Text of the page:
5. Hypothetical Procedure of BS Cleanser (Basic + Enhanced Version)

6. Extension of L-RCA: Worm L-RCA

Upon our collaboration with Professor Haitao Zhou at Luoyang Central Hospital, a particular type of disease was brought to our attention, in which the disease DNA consists of numerous triplet repeats. A disease in this category for example includes myotonic dystrophy type 1, a prevalent muscular dystrophy affecting muscles and many organs in the body. Currently, Triplet Repeat Primed PCR (TP-PCR) with flanking primers and fluorescence to signal detection is used to detect these types of diseases, but this method is flawed in precision, time taken, and feasibility with longer triplet repeat length [12]. Moreover, L-RCA is found to not be sufficient for detecting the DNA of this disease, as the repeated triplets are variable and often very long, causing difficulties in forming a definite circular DNA with a constant padlock primer. Worm L-RCA is then proposed in that we modify the usual method of L-RCA to bind to the template DNA. The two sides of the padlock primer that bind to the template DNA, though, bind to the left and right of the triplet repeats, essentially flanking them. Then, 12 base pair (bp) primers consisting of 4 complementary triplet repeats are added to the reaction mixture and bound to the triplets. T4 DNA ligase ligates all of the primers, including padlock and the 12 bp primers together. The circular DNA can then be amplified by phi29 DNA polymerase per L-RCA for precise detection.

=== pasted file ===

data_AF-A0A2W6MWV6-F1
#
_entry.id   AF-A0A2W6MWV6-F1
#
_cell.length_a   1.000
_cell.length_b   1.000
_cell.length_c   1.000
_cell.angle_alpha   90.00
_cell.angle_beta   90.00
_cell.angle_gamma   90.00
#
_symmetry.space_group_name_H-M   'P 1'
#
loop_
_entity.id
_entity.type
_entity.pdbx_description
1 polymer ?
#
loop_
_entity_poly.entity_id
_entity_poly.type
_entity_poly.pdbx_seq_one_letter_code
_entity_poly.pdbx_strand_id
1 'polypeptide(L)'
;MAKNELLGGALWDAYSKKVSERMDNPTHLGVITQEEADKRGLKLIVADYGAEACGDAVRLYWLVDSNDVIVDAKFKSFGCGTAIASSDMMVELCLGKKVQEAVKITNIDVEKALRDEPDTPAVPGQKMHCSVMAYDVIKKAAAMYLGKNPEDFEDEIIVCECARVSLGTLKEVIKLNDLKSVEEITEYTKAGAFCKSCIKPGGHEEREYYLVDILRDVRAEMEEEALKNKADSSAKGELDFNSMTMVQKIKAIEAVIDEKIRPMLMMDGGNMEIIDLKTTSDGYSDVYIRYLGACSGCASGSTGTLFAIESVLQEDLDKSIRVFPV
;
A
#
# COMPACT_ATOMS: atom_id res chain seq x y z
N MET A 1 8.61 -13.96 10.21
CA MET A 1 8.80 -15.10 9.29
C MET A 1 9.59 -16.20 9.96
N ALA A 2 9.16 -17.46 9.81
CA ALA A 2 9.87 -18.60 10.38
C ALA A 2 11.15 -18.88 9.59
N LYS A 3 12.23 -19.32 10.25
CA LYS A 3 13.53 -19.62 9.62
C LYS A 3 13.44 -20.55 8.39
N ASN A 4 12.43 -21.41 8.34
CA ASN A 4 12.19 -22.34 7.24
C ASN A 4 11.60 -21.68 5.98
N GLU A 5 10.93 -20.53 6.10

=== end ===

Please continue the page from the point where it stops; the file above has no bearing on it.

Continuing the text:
7. Hypothetical Procedure of Worm L-RCA


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[2] “Skin Conditions by the Numbers.” American Academy of Dermatology, Accessed 4 Oct. 2023.
[3] KIRSCHBAUM, J. O. “The pathogenic role of Corynebacterium acnes in acne vulgaris.” Archives of Dermatology, vol. 88, no. 6, 1 Dec. 1963, p. 832,
[4] Draelos, Zoe Diana. “Examining Over-the-Counter Acne Treatments.” (2010).